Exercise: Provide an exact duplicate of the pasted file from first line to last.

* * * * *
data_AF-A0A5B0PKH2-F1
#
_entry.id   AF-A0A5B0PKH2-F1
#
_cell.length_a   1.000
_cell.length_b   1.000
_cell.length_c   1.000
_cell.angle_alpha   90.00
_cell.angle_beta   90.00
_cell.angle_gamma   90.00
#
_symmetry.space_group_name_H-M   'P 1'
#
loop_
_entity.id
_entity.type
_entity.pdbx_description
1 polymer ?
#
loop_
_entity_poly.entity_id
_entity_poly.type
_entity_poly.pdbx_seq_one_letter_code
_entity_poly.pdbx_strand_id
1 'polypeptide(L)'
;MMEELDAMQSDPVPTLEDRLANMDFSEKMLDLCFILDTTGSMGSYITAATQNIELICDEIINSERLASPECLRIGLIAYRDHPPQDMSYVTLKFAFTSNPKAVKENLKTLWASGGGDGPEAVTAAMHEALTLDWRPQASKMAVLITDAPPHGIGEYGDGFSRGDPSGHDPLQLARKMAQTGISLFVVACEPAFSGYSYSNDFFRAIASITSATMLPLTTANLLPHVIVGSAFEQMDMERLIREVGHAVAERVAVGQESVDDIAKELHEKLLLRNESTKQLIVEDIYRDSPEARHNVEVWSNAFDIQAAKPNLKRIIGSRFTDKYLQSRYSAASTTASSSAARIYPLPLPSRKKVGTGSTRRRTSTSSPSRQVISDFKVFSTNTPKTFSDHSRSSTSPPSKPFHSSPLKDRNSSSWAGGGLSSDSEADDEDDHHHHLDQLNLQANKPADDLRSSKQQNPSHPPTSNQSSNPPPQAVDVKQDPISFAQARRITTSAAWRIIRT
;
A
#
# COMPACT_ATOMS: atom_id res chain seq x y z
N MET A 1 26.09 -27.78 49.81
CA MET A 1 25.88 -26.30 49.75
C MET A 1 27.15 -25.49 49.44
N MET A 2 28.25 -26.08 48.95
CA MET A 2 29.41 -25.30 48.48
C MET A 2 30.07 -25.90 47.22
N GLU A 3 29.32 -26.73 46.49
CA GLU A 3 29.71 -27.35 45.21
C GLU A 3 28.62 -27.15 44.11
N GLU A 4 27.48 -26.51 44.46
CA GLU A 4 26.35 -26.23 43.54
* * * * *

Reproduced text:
data_AF-A0A5B0PKH2-F1
#
_entry.id   AF-A0A5B0PKH2-F1
#
_cell.length_a   1.000
_cell.length_b   1.000
_cell.length_c   1.000
_cell.angle_alpha   90.00
_cell.angle_beta   90.00
_cell.angle_gamma   90.00
#
_symmetry.space_group_name_H-M   'P 1'
#
loop_
_entity.id
_entity.type
_entity.pdbx_description
1 polymer ?
#
loop_
_entity_poly.entity_id
_entity_poly.type
_entity_poly.pdbx_seq_one_letter_code
_entity_poly.pdbx_strand_id
1 'polypeptide(L)'
;MMEELDAMQSDPVPTLEDRLANMDFSEKMLDLCFILDTTGSMGSYITAATQNIELICDEIINSERLASPECLRIGLIAYRDHPPQDMSYVTLKFAFTSNPKAVKENLKTLWASGGGDGPEAVTAAMHEALTLDWRPQASKMAVLITDAPPHGIGEYGDGFSRGDPSGHDPLQLARKMAQTGISLFVVACEPAFSGYSYSNDFFRAIASITSATMLPLTTANLLPHVIVGSAFEQMDMERLIREVGHAVAERVAVGQESVDDIAKELHEKLLLRNESTKQLIVEDIYRDSPEARHNVEVWSNAFDIQAAKPNLKRIIGSRFTDKYLQSRYSAASTTASSSAARIYPLPLPSRKKVGTGSTRRRTSTSSPSRQVISDFKVFSTNTPKTFSDHSRSSTSPPSKPFHSSPLKDRNSSSWAGGGLSSDSEADDEDDHHHHLDQLNLQANKPADDLRSSKQQNPSHPPTSNQSSNPPPQAVDVKQDPISFAQARRITTSAAWRIIRT
;
A
#
# COMPACT_ATOMS: atom_id res chain seq x y z
N MET A 1 26.09 -27.78 49.81
CA MET A 1 25.88 -26.30 49.75
C MET A 1 27.15 -25.49 49.44
N MET A 2 28.25 -26.08 48.95
CA MET A 2 29.41 -25.30 48.48
C MET A 2 30.07 -25.90 47.22
N GLU A 3 29.32 -26.73 46.49
CA GLU A 3 29.71 -27.35 45.21
C GLU A 3 28.62 -27.15 44.11
N GLU A 4 27.48 -26.51 44.46
CA GLU A 4 26.35 -26.23 43.54